16novAll Day21SuperComputing 2014 (SC14)

Event Details

SuperComputing 2014 (SC14) is a premier conference in the scientific computing field. Attendees include industry leaders in high performance computing, networking, storage, and analysis. At the conference, research and innovation will be highlighted to showcase new scientific and economic opportunities.

Kitware’s participation in SC14 includes:

  • Exhibiting a ParaView Showcase at our booth (#1354). If you are intersted in sharing your ParaView-generated visualizations to be featured in the showcase, please read the SC14 blog entry.
  • Presenting tutorials on ‘Large Scale Visualization with ParaView’ and ‘In Situ Data Analysis and Visualization with ParaView Catalyst.’
  • Presenting a paper on extreme scale in situ visualization and analysis.
  • Taking part in the SC14 Student Job/Opportunity Fair on November 19, 2014, from 10:00 am to 3:00 pm.
  • Authoring a paper on sustainable software ecosystems for the 2nd Workshop on Sustainable Software for Science: Practice and Experiences (WSSSPE2).
  • Presenting a movie on In Situ MPAS-Ocean Image-based Visualization at the Visualization and Data Analytics Showcase.
  • Co-authoring a presentation on ‘Instruction Memory Overhead of In Situ Visualization Libraries on HPC Machines.’ 
  • Presenting an invited talk on ‘VTK-M: Uniting GPU Acceleration Successes’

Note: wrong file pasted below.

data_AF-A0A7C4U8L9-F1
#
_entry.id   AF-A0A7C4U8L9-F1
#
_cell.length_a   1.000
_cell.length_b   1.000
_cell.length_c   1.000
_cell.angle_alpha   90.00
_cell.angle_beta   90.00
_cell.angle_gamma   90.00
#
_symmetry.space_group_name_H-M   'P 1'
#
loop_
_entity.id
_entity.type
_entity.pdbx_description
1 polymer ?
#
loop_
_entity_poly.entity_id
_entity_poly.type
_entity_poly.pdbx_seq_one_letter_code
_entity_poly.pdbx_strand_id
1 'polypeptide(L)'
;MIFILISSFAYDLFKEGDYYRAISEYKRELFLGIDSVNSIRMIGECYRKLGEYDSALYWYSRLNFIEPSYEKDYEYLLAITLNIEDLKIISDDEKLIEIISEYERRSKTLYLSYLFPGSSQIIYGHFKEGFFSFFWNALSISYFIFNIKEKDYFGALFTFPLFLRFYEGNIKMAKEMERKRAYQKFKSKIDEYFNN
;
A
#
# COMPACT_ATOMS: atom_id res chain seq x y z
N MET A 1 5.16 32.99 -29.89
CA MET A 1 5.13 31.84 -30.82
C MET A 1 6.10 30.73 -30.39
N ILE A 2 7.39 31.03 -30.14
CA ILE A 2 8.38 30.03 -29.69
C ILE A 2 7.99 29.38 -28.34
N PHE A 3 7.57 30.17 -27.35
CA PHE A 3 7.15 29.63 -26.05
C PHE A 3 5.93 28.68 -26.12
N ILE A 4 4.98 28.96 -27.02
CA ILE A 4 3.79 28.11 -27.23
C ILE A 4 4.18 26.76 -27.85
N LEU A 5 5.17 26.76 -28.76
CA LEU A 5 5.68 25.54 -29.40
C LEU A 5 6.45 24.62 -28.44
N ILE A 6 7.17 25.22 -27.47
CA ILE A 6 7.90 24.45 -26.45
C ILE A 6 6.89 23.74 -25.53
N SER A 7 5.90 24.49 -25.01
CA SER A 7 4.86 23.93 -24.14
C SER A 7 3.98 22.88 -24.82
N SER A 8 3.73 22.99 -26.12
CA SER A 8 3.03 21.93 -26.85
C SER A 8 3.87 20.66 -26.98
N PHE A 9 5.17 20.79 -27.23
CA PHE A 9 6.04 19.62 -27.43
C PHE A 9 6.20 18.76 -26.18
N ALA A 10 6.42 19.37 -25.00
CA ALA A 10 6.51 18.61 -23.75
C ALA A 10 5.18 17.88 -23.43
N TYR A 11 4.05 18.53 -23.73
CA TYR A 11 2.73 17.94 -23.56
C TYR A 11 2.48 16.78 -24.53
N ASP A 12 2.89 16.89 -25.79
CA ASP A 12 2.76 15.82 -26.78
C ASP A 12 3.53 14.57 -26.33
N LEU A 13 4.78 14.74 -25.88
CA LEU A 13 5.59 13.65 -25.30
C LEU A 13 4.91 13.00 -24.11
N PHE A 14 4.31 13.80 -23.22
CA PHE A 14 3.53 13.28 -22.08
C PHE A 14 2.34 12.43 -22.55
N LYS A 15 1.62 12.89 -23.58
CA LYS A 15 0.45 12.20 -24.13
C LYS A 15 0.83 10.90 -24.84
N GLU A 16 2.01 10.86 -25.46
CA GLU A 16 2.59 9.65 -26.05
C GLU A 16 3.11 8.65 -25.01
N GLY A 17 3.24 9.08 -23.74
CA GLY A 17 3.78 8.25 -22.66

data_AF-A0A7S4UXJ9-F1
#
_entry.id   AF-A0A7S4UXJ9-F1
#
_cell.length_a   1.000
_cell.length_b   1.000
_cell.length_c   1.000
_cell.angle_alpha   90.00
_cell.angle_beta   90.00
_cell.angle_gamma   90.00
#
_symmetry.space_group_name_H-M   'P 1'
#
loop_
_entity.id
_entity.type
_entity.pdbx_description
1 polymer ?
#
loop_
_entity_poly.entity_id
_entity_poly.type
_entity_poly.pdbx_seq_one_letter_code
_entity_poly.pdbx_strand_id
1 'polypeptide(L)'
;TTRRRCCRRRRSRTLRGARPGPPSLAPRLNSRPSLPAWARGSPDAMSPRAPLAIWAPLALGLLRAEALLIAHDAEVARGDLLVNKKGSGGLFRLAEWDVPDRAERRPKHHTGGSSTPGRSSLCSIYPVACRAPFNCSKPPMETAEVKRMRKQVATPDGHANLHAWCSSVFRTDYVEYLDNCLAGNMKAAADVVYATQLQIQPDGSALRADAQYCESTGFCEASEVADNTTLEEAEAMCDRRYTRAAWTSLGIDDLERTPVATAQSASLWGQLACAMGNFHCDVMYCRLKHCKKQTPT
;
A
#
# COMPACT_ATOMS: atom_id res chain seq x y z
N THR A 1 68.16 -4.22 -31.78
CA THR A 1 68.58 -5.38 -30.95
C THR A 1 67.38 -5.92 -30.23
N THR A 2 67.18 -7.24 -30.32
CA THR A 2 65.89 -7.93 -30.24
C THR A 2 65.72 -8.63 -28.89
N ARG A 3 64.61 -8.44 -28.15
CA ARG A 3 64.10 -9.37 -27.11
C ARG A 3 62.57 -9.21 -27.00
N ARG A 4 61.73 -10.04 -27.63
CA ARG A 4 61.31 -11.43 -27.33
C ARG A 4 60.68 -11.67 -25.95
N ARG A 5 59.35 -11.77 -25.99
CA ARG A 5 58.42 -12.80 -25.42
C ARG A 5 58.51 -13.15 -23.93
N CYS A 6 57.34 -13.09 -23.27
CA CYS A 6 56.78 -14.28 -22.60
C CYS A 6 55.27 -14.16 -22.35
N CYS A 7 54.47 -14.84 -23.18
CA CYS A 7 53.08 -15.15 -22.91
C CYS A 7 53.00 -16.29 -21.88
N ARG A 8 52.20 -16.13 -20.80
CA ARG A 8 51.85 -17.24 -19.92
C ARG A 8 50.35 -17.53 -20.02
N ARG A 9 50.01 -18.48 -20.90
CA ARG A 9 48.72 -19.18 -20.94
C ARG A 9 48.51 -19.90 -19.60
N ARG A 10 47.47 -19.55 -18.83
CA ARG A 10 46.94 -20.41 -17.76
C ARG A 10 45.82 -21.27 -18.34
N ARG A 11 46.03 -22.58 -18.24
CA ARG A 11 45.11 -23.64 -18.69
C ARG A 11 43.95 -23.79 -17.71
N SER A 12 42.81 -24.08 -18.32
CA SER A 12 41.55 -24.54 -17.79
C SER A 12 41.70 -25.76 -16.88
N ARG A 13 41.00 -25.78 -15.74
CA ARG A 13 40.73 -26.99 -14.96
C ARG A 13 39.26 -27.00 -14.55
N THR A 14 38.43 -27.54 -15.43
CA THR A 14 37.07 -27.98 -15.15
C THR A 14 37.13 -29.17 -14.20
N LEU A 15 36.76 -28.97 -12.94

Descriptions of the talks, presentations, and papers are provided below. To learn how Kitware can help you meet your HPC and visualization needs, please contact (518) 371-3971 or kitware@kitware.com.

Be sure to sure to stop by and visit us at our booth!


Large Scale Visualization with ParaView

Kenneth Moreland (Sandia), W. Alan Scott (Sandia), David E. DeMarle (Kitware), Joseph Insley (Argonne), Ollie Lo (Los Alamos), Robert Maynard (Kitware), and Sebastien Jourdain (Kitware) will present this tutorial on November 16, 2014, from 8:30 am to 5:00 pm in room 389.

Abstract

ParaView is a powerful open-source turnkey application for analyzing and visualizing large data sets in parallel. Designed to be configurable, extendible, and scalable, ParaView is built upon the Visualization Toolkit (VTK) to allow rapid deployment of visualization components. This tutorial presents the architecture of ParaView and the fundamentals of parallel visualization. Attendees will learn the basics of using ParaView for scientific visualization with hands-on lessons. The tutorial features detailed guidance in visualizing the massive simulations run on today’s supercomputers and an introduction to scripting and extending ParaView. Attendees should bring laptops to install ParaView and follow along with the demonstrations.

In Situ Data Analysis and Visualization with ParaView Catalyst

David H. Rogers (LANL), Nathan Fabian (Sandia), Thierry Carrard (French Alternative Energies and Atomic Energy Commission), and Andy Bauer (Kitware) will present this tutorial on November 17, 2014, from 8:30 am to 12:00 pm in room 394.

Abstract